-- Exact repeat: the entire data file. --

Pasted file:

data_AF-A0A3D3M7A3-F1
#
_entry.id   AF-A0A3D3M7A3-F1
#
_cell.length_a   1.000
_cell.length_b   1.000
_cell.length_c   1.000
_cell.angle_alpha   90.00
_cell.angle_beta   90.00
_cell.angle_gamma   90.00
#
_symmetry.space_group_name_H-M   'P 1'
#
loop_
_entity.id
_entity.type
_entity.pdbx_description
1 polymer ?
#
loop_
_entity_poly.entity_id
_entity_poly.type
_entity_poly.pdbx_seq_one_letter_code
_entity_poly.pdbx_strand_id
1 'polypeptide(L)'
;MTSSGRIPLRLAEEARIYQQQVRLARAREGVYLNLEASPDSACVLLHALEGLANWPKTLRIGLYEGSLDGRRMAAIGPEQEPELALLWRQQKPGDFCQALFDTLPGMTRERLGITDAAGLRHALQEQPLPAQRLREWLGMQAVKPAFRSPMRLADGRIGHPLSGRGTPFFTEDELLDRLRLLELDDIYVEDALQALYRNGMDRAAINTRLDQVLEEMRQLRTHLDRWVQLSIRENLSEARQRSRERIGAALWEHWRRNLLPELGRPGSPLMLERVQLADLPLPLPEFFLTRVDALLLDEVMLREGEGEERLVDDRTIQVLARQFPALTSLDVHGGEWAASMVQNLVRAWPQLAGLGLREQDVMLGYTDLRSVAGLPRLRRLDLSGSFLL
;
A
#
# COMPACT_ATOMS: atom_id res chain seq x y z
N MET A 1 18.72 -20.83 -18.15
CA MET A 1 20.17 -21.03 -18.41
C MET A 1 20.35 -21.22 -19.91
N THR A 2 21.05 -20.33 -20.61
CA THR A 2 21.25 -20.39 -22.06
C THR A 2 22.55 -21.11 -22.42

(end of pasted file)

data_AF-A0A3D3M7A3-F1
#
_entry.id   AF-A0A3D3M7A3-F1
#
_cell.length_a   1.000
_cell.length_b   1.000
_cell.length_c   1.000
_cell.angle_alpha   90.00
_cell.angle_beta   90.00
_cell.angle_gamma   90.00
#
_symmetry.space_group_name_H-M   'P 1'
#
loop_
_entity.id
_entity.type
_entity.pdbx_description
1 polymer ?
#
loop_
_entity_poly.entity_id
_entity_poly.type
_entity_poly.pdbx_seq_one_letter_code
_entity_poly.pdbx_strand_id
1 'polypeptide(L)'
;MTSSGRIPLRLAEEARIYQQQVRLARAREGVYLNLEASPDSACVLLHALEGLANWPKTLRIGLYEGSLDGRRMAAIGPEQEPELALLWRQQKPGDFCQALFDTLPGMTRERLGITDAAGLRHALQEQPLPAQRLREWLGMQAVKPAFRSPMRLADGRIGHPLSGRGTPFFTEDELLDRLRLLELDDIYVEDALQALYRNGMDRAAINTRLDQVLEEMRQLRTHLDRWVQLSIRENLSEARQRSRERIGAALWEHWRRNLLPELGRPGSPLMLERVQLADLPLPLPEFFLTRVDALLLDEVMLREGEGEERLVDDRTIQVLARQFPALTSLDVHGGEWAASMVQNLVRAWPQLAGLGLREQDVMLGYTDLRSVAGLPRLRRLDLSGSFLL
;
A
#
# COMPACT_ATOMS: atom_id res chain seq x y z
N MET A 1 18.72 -20.83 -18.15
CA MET A 1 20.17 -21.03 -18.41
C MET A 1 20.35 -21.22 -19.91
N THR A 2 21.05 -20.33 -20.61
CA THR A 2 21.25 -20.39 -22.06
C THR A 2 22.55 -21.11 -22.42